A debut memoir focuses on a rural childhood and adventurous self-discovery.
“The seventies in that small rural Indiana community had a feel about them that the world has completely lost,” Reed writes in the early chapters of his book. He recounts growing up in a mining town where he could often “smell the change of summer.” In his memories, a young girl saves him from horrible bullying. He and his best friend eat and scuffle their way through the backwoods—in a chapter appropriately titled “Creeks, Crawdads, and Chaw.” The most impactful memory, however, is of an early spring calf. Shortly after his grandfather committed suicide, Reed found himself with too much responsibility on the farm, leading to a tragic and unforgettable incident with a newborn calf that revealed to him hard truths about life. Reed then jumps forward in time to examine himself as an adult and the physically demanding exploits he has undertaken, such as climbing the Exum Ridge route in Wyoming to get “a better look, both at the world and even more so at myself.” The author concludes his memoir with short stream-of-consciousness writings, almost prose poems, related to thoughts and topics such as “Monday Off,” “From the Heart,” and “Wilderness.” It is in condensed isolated moments like these that Reed truly shines. In many scenes, he shows off a flair for crafting poetic imagery without losing sight of his down-home inspirations. At one point, he writes: “The September sun seemed to be blazing a hole right through the brilliant-blue Indiana sky,” perfectly setting the stage for the sun-drenched story that follows. Reed also excels at crafting suspense, making his wilderness escapades compulsively readable and genuinely thrilling. The trouble with his book stems from its brevity and a lack of connection between these outstanding moments. There are too many sudden jumps through time and too many characters, like his grandfather, that deserve more attention—resulting in a series of brief but well-written episodes that never quite cohere.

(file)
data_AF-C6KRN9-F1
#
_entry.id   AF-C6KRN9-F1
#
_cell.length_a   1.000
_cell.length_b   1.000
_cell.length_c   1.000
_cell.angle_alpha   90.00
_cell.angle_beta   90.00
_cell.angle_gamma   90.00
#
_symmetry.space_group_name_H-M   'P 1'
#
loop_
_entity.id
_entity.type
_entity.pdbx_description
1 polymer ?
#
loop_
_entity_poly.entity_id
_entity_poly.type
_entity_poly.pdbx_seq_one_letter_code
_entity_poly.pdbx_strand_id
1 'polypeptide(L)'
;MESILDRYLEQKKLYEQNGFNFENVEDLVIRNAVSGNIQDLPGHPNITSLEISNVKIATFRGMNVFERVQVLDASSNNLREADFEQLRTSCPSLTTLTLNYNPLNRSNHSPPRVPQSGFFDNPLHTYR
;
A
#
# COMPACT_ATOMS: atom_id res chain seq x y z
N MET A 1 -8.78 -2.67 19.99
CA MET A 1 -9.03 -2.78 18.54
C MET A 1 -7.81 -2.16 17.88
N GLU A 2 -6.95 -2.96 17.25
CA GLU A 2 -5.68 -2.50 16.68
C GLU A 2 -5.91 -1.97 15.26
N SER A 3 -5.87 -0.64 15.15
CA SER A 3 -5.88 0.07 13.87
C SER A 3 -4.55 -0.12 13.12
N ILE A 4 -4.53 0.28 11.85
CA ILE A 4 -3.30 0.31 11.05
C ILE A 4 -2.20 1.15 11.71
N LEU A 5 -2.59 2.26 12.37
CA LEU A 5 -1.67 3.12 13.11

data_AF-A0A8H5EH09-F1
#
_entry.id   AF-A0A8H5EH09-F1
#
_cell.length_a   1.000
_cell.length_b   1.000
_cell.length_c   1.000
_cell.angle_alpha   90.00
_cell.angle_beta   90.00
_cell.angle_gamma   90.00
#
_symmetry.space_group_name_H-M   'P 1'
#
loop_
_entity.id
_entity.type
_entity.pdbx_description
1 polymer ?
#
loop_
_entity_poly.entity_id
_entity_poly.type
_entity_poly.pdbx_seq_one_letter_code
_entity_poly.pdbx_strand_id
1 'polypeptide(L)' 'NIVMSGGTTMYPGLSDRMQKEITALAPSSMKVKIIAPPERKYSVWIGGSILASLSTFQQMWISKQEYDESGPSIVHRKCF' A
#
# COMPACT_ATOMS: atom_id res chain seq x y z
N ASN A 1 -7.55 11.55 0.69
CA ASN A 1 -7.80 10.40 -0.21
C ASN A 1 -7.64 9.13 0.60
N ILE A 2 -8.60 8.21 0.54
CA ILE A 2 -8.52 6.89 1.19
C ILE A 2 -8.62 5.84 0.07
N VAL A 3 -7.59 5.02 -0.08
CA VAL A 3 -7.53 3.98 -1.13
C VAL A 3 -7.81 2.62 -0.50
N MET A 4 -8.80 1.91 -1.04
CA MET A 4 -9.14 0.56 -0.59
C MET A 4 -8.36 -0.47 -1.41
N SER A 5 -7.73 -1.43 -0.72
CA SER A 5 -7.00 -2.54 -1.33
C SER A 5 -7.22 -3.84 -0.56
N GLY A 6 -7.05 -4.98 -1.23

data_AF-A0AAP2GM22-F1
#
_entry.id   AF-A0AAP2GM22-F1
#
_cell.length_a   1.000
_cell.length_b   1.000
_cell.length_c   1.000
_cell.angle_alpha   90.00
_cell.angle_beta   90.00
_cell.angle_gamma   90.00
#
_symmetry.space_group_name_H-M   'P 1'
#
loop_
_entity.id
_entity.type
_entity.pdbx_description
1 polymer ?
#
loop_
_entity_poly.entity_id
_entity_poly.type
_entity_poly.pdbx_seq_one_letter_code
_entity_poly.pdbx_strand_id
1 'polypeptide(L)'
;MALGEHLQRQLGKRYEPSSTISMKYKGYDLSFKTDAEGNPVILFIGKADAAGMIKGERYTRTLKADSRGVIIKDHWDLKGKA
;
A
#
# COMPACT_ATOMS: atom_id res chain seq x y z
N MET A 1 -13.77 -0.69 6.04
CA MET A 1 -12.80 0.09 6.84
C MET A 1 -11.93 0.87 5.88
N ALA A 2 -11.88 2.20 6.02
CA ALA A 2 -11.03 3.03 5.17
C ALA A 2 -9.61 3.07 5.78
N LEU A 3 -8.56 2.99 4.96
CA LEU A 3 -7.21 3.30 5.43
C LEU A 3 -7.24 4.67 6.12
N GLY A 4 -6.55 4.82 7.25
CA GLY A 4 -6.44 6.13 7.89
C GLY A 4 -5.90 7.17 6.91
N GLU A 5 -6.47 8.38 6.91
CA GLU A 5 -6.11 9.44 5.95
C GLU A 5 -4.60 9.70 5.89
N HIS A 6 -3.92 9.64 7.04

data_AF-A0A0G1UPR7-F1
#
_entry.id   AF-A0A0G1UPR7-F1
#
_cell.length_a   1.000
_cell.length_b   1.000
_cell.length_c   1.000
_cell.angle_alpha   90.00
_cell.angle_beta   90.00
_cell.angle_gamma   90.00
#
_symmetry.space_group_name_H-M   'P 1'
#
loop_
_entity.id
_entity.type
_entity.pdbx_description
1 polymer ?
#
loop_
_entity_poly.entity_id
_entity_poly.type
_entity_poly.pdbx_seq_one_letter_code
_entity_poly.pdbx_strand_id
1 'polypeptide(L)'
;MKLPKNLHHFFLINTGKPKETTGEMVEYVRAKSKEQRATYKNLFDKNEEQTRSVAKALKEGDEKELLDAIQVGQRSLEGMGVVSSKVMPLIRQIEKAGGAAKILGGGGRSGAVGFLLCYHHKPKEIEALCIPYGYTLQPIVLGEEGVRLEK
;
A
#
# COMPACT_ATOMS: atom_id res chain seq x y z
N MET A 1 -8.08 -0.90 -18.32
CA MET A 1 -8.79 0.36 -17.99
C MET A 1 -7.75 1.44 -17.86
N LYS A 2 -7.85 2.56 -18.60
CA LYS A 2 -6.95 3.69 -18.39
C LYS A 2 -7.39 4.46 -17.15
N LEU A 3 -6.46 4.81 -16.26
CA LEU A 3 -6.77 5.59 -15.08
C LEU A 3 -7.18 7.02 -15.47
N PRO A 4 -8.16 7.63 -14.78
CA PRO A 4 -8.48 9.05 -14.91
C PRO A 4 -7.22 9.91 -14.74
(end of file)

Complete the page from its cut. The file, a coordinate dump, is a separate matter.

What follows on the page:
An account that rushes too quickly from one memory to the next without allowing a scene’s potential to develop fully.